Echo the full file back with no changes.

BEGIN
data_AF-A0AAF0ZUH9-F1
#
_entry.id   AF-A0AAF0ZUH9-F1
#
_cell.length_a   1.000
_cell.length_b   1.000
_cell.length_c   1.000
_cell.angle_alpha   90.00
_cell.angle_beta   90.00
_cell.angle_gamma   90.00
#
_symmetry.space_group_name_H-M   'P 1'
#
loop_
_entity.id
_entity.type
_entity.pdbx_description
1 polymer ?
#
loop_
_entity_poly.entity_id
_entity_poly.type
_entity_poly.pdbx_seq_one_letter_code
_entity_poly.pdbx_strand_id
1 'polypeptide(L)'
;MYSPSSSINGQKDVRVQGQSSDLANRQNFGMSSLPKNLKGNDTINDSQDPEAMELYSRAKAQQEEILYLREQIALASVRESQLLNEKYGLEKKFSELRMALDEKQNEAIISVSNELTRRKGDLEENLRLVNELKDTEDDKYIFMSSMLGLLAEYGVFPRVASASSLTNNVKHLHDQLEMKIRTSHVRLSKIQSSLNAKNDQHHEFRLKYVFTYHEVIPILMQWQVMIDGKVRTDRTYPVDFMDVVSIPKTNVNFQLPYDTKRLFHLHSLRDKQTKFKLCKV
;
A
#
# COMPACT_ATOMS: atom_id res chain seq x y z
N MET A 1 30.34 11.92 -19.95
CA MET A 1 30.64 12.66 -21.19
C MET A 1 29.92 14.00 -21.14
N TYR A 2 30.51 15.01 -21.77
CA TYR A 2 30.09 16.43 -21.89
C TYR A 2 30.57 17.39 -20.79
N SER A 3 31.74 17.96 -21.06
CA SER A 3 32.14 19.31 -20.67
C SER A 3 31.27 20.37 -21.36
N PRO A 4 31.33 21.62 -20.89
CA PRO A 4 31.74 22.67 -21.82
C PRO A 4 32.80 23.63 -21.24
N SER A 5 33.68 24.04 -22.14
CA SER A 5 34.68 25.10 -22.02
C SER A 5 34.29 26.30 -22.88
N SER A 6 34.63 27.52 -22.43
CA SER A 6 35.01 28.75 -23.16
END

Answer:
data_AF-A0AAF0ZUH9-F1
#
_entry.id   AF-A0AAF0ZUH9-F1
#
_cell.length_a   1.000
_cell.length_b   1.000
_cell.length_c   1.000
_cell.angle_alpha   90.00
_cell.angle_beta   90.00
_cell.angle_gamma   90.00
#
_symmetry.space_group_name_H-M   'P 1'
#
loop_
_entity.id
_entity.type
_entity.pdbx_description
1 polymer ?
#
loop_
_entity_poly.entity_id
_entity_poly.type
_entity_poly.pdbx_seq_one_letter_code
_entity_poly.pdbx_strand_id
1 'polypeptide(L)'
;MYSPSSSINGQKDVRVQGQSSDLANRQNFGMSSLPKNLKGNDTINDSQDPEAMELYSRAKAQQEEILYLREQIALASVRESQLLNEKYGLEKKFSELRMALDEKQNEAIISVSNELTRRKGDLEENLRLVNELKDTEDDKYIFMSSMLGLLAEYGVFPRVASASSLTNNVKHLHDQLEMKIRTSHVRLSKIQSSLNAKNDQHHEFRLKYVFTYHEVIPILMQWQVMIDGKVRTDRTYPVDFMDVVSIPKTNVNFQLPYDTKRLFHLHSLRDKQTKFKLCKV
;
A
#
# COMPACT_ATOMS: atom_id res chain seq x y z
N MET A 1 30.34 11.92 -19.95
CA MET A 1 30.64 12.66 -21.19
C MET A 1 29.92 14.00 -21.14
N TYR A 2 30.51 15.01 -21.77
CA TYR A 2 30.09 16.43 -21.89
C TYR A 2 30.57 17.39 -20.79
N SER A 3 31.74 17.96 -21.06
CA SER A 3 32.14 19.31 -20.67
C SER A 3 31.27 20.37 -21.36
N PRO A 4 31.33 21.62 -20.89
CA PRO A 4 31.74 22.67 -21.82
C PRO A 4 32.80 23.63 -21.24
N SER A 5 33.68 24.04 -22.14
CA SER A 5 34.68 25.10 -22.02
C SER A 5 34.29 26.30 -22.88
N SER A 6 34.63 27.52 -22.43
CA SER A 6 35.01 28.75 -23.16